It is like rediscovering in whose image you have been created. Why would we make a pledge? Why would we take part of our hard earned paycheck and put a portion of it in the offering? Why would we give up sometimes significant portions of our time and talent to serve on a community board or sing in a church choir or teach a Sunday School class? The answer is, we give, we do the good we do, and we make the pledge we make, because that is what is in us to do. We cannot be ourselves and not give. We cannot be all we are meant to be, and not be a person who shares, a person who reaches out, a person who extends himself or herself for the sake of the common good.
And the reason this is so is that who we are is created by God, in Godís own image, a child of God, with Godís Spirit dwelling in us. It is how you are wired. Anything less is to deny the imprint of Divinity upon you. It is in your nature, it is in your spiritual DNA, to give of yourself, as God gave of Godís self in giving us Godís Son.
And following upon this, looking to the One who has restored us to our rightful image, as a Son or Daughter of God, we give because we are a follower to Jesus Christ.
We donít need to be inspired. We donít need to be convicted of a need before we give. We give because weíre walking down the same road as Jesus Christ and as we are walking we are watching Jesus and he is showing us the way and he is showing us how to live as a disciple, and what we see, step by step, in following the man in front of us, the one we have elected to call Lord and Savior, is that giving isnít an elective, it is the core of being a Christian.
And here at Sylvania United Church of Christ is where this spirit was awakened in us. We rediscovered or found for the first time the awareness that indeed we are created in the image of God and by Godís breath we were given life. And, here is where we found that Yes, that I can follow Jesus Christ and be his disciple.
Perhaps it was in learning the stories of the Bible in Sunday School.
Perhaps it was in the seriousness with which we enter into worship.
Perhaps it was in realizing it is not a point in time but a journey and this church affirms the journey, including its questions and doubts.
Perhaps it was here for the first time a church was found that affirms your sexual orientation, your gender, your ethnicity as a part of your wholeness created in the image of God.
Perhaps it was in the friends you made, where you met Jesus face to face in the midst of fellowship.
Perhaps it was in the universal quest for peace and justice in the mission projects that affirm that all people are Godís people and created in Godís image.
You came, you saw, you entered in, and your life changed and now, it is not out of guilt, it is not out of the promise of reward, but it is because you can, because you believe, because you have been asked, because it is in you, and because you are a follower of Jesus Christ, you offer up your best, you share, you give, and you make your pledge.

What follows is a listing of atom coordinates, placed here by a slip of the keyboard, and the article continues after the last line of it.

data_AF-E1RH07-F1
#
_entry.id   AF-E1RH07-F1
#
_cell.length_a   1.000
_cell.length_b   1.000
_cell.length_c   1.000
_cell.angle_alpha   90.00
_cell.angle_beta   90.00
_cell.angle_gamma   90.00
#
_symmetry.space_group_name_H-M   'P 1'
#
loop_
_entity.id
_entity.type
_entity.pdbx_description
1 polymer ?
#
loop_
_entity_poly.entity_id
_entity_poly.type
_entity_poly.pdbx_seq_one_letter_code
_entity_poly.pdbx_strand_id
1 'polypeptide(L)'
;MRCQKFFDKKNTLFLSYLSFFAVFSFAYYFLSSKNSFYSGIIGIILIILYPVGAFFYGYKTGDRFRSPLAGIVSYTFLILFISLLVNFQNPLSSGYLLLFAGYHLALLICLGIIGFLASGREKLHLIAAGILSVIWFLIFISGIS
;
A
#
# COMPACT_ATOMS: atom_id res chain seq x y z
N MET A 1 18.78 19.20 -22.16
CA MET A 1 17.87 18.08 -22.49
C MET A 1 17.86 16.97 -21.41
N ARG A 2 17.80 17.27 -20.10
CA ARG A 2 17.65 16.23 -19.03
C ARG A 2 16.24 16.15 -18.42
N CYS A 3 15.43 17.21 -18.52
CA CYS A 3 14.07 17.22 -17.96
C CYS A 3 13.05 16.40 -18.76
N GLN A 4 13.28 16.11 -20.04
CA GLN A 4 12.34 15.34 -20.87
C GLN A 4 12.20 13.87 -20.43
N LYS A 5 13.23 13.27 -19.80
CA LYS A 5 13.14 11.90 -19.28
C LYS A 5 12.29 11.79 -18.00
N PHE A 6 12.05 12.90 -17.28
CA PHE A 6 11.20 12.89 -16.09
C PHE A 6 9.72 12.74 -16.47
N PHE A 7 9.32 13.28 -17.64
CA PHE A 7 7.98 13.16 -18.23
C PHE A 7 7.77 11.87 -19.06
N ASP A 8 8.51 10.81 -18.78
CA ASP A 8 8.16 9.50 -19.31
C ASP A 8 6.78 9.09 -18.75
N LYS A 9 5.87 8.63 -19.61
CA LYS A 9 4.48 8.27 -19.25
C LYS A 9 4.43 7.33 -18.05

And, whether we are liberal or conservative, gay or straight, inclined toward the intellectual or the spiritual, growing old or just beginning, we all sing the same chorus, ďWhat a wonderful change in my life has been wrought, since Jesus came into my heart.Ē
Bill Chidester was your pastor for twenty five years. Through his leadership and wise counsel many of you found here a place you would come to call your church home. I want to end my sermon this morning by reading part of an Intercom article he once wrote and was shared by Sharon in a note to the congregation. It is a summary of his aspirations, and to me says better than I can, what I have sought to say this morning, the spirit behind our giving, as we consider our pledges, that it is not what we seek to get out of it for ourselves, but to be in Christ, is to be part of something bigger.
Here are Billís words and with these words I close:
ďEach of us brings fears and hopes with us today, but here is a power in the spirit of God which means more than any amount of money, and weapon, any cure or treatment in responding to those hopes and fears. It is a power for life in its fullness as God intended it to be.
I will try to use that power in my life in such a way that whenever I die, and I hope thatís not for many more years, people remember me not for what I accumulate or did, but for what my life stood for: truth, righteousness, peace faithfulness. And I do not so much care that people remember me, but that I might be a part of creating with you and other people of faith a world community which reflects more clearly the society God wishes for us and which we can experience through our faith.Ē
This is the spirit we have been taught and the spirit in which we seek to live and share our lives. I have saved those words of Billís and keep them close at hand because they are the words to which I aspire. I would like to read the last sentence one more time: ďAnd I do not so much care that people remember me, but that I might be a part of creating with you and other people of faith a world community which reflects more clearly the society God wishes for us and which we can experience through our faith.Ē Amen and Amen.
In this spirit we make our pledges this morning, live out what it means to be created in Godís image and follow the one we call the Christ.